As the artisan’s hand firmly grips the indu, which dances over the surface of the bamboo, deer begin
to run and vines bear gorgeous grapes in subtly rising fogs. A beautiful landscape is created on a
piece of bamboo, much like an ink painting drawn by a master painter.

Nakjuk, which literally means, “burning on bamboo,” is a traditional Korean pyrography art in which an artist
produces a calligraphic work or a drawing on the surface of a piece of bamboo with a red-hot burning
instrument, called an indu. The pyrography art is used to decorate a plethora of household objects, including
combs, spools, fans, brushes, brush holders, folding screens and furniture. Records show that the
art was developed by a late Joseon Dynasty artisan named Park Chang-gyu, who came across, and
learned, advanced nakjuk techniques in Beijing, China, when he visited the city in 1822. When he
returned to Korea, he began to develop his own techniques and eventually produced outstanding
nakjuk works. The aesthetic merit of his pieces was so great that Chinese envoys visiting the Joseon
Kingdom were fascinated by it, and spread word of his name all across China where they gave him
the nickname, Hwahwa Doin - “Master of Flame Art.” Park’s art and his incredible talent were passed
down to the younger generations of his family, who continued to produce great nakjuk artists and
works. One of the pieces, a long smoking pipe decorated with a coiled dragon design, was offered to
the king as a tribute. The king praised the pipe, saying that the dragon seemed to contract its scales
whenever he breathed in smoke and expand them when he blew it out. This episode clearly
exemplifies the high level the nakjuk artists of the Park Chang-gyu family attained in terms of techniques and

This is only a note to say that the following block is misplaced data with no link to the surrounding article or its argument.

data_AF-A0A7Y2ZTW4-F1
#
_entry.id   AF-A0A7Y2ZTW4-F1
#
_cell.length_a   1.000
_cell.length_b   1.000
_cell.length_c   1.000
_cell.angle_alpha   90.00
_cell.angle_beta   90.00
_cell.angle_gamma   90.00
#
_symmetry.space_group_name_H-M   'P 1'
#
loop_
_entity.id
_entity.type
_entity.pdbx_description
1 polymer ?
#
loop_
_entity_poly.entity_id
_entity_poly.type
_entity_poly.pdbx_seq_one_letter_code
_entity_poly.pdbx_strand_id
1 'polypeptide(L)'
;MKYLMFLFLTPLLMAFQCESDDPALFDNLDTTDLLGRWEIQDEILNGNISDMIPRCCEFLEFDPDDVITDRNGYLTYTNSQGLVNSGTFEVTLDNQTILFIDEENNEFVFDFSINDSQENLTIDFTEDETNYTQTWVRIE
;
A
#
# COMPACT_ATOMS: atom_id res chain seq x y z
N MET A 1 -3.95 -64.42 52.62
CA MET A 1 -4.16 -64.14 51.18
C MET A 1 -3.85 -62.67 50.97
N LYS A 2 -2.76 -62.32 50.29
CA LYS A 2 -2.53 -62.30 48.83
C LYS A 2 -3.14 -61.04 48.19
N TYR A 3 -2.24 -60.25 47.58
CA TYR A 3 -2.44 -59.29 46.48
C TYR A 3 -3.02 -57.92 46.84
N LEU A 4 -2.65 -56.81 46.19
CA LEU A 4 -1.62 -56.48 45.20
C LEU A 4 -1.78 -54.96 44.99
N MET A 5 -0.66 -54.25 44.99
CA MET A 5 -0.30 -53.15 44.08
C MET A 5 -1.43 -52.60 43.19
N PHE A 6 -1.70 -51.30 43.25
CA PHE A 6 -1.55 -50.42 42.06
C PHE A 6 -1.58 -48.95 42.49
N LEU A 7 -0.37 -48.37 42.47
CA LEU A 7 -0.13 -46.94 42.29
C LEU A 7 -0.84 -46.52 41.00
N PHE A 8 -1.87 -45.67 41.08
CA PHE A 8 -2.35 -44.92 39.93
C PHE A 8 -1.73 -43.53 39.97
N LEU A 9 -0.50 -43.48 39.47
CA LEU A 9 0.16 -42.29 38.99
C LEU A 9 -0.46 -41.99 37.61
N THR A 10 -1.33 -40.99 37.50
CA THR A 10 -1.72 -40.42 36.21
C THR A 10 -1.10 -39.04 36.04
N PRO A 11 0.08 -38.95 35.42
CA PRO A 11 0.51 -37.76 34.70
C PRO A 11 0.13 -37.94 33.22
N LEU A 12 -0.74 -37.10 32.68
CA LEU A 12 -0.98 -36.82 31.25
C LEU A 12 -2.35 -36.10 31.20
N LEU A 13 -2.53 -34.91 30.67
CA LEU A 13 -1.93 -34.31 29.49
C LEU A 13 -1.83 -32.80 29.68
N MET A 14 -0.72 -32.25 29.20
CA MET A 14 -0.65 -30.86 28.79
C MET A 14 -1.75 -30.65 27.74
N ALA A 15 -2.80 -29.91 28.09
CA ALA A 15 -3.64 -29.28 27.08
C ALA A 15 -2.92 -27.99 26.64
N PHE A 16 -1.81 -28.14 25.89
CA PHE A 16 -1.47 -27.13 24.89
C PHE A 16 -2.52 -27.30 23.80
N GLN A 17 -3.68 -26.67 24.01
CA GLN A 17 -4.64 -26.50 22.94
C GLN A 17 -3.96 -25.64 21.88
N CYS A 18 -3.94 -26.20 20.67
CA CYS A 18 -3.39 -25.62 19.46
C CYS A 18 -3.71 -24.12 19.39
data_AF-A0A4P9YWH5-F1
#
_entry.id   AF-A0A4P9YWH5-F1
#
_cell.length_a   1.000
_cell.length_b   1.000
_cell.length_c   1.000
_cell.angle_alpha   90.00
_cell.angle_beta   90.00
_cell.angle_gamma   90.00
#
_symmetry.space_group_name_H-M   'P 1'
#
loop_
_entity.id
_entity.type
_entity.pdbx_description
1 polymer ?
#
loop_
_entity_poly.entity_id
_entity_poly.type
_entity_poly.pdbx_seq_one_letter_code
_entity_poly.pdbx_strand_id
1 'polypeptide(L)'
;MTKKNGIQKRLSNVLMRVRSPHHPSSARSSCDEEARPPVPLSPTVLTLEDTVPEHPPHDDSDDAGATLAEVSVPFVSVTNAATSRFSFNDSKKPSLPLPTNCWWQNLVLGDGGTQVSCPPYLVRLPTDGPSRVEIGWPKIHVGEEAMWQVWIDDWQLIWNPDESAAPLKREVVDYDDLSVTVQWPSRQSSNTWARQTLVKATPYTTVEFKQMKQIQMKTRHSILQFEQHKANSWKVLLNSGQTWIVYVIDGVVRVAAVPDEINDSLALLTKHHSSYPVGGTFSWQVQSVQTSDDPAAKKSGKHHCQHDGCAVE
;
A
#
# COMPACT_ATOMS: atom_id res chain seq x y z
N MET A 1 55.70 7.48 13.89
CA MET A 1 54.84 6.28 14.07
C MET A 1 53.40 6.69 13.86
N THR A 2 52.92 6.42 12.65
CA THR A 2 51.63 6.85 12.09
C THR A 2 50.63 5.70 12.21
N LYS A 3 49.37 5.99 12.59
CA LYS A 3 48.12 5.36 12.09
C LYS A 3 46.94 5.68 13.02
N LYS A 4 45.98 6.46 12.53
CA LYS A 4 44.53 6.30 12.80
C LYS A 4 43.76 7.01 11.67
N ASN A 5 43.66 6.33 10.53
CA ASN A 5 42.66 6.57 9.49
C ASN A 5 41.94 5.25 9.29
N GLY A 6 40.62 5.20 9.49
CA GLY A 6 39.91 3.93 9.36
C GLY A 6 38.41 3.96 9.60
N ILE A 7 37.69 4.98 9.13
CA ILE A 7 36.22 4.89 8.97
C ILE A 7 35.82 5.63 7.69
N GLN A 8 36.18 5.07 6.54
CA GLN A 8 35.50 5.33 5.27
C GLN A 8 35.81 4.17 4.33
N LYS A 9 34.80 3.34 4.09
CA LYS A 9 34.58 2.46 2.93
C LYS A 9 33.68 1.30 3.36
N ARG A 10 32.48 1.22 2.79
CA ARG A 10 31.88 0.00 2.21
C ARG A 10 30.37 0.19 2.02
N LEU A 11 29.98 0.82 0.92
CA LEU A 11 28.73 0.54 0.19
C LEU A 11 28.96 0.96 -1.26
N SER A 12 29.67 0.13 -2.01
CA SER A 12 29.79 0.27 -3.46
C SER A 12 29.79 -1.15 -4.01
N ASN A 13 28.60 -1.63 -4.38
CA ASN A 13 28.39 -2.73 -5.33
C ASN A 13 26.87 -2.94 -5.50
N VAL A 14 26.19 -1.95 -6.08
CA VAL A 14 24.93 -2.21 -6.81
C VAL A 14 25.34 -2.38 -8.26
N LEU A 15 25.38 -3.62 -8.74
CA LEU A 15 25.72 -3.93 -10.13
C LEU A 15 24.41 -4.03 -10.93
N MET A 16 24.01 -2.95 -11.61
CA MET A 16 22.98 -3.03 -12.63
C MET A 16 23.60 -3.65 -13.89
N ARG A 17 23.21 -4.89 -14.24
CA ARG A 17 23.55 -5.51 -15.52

artistic merit of pyrography.

A 10-panel Folding Screen with Nakjuk (Bamboo Pyrography) Drawings of Birds and Plants
Joseon Dynasty, 19th century
Park Ju-dam

A work by Park Ju-dam, a descendant of the nakjuk master Park Chang-gyu, this 10-panel folding screen contains
nakjuk drawings of maehwa, orchids, banana trees, willows, grapes, bamboo and pine trees with birds. All drawings
are made in the style of traditional folk art and a poem of a related theme is written in a calligraphic style at the top of
each panel. Realistic touches on details and shading of these drawings create a unique atmosphere different from
ordinary ink painting.

Since its glory days during the Joseon period, nakjuk art has created many great
artists, helping to establish itself as an important part of the traditional Korean
handicraft used to decorate a variety of objects for daily use. Nakjukjang
(‘Master Artist of Nakjuk Art’) Kim Gi-chan liked creating items such as tops,
sleds and kites, even when he was very young, and displayed remarkable
skills. Yet it was in his early twenties when he was an enthusiastic art
student that he was introduced to the art of nakjuk. At that time he was
staying in Songgwangsa Temple, one of the three most important Buddhist
temples in Korea, where he immersed himself in its scenic natural
surroundings. Here he met a woman who would become his lifelong
companion and married her. His quest for art continued and he eventually
studied in an art studio in the city of Gwangju, an experience that led him on
the path of finding his future career.

In 1982, Park Yong-gi, a master craftsman of decorative hand-knife making who
happened to be a friend of the owner of the art studio where he studied art, introduced
him to Yi Dong-ryeon, the first Master nakjuk artist. Actually, it was Park Yong-gi himself who originally wanted to learn
nakjuk skills from Yi to use them to decorate the grips and sheathes of his bamboo hand-knives. But finding that
Kim, a capable art student, would perform better than himself, he encouraged Kim to learn the art in the hopes that
the youngster would later create magnificent decorations for his knives.

Kim started to learn nakjuk, although he had to make the long trip between Damyang where Yi’s workshop was
located and Songgwangsa where he lived. To be a competent nakjuk artist, one needs to draw figures or write letters
on a bamboo surface with a hot indu before it cools down, ideally sitting cross-legged with the upper body upright.
Because he wasn’t used to such a posture, he had to stand up quite often during his training to relieve the physical
pain caused by the uncomfortable position, resulting in harsh scoldings from his tutor. The experience of his nakjuk
education was bitter and severe, yet he was able to make progress day after day in the newly adopted art. His
original plan was to learn the art for five years under the master artist, but sadly his plans changed when the senior
artist died suddenly three years after Kim began his apprenticeship. The sadness of losing the master and his
mentor became an obstacle on the road to learning the art. Now Kim had no choice but to teach himself for the
remaining two years.

View the master's works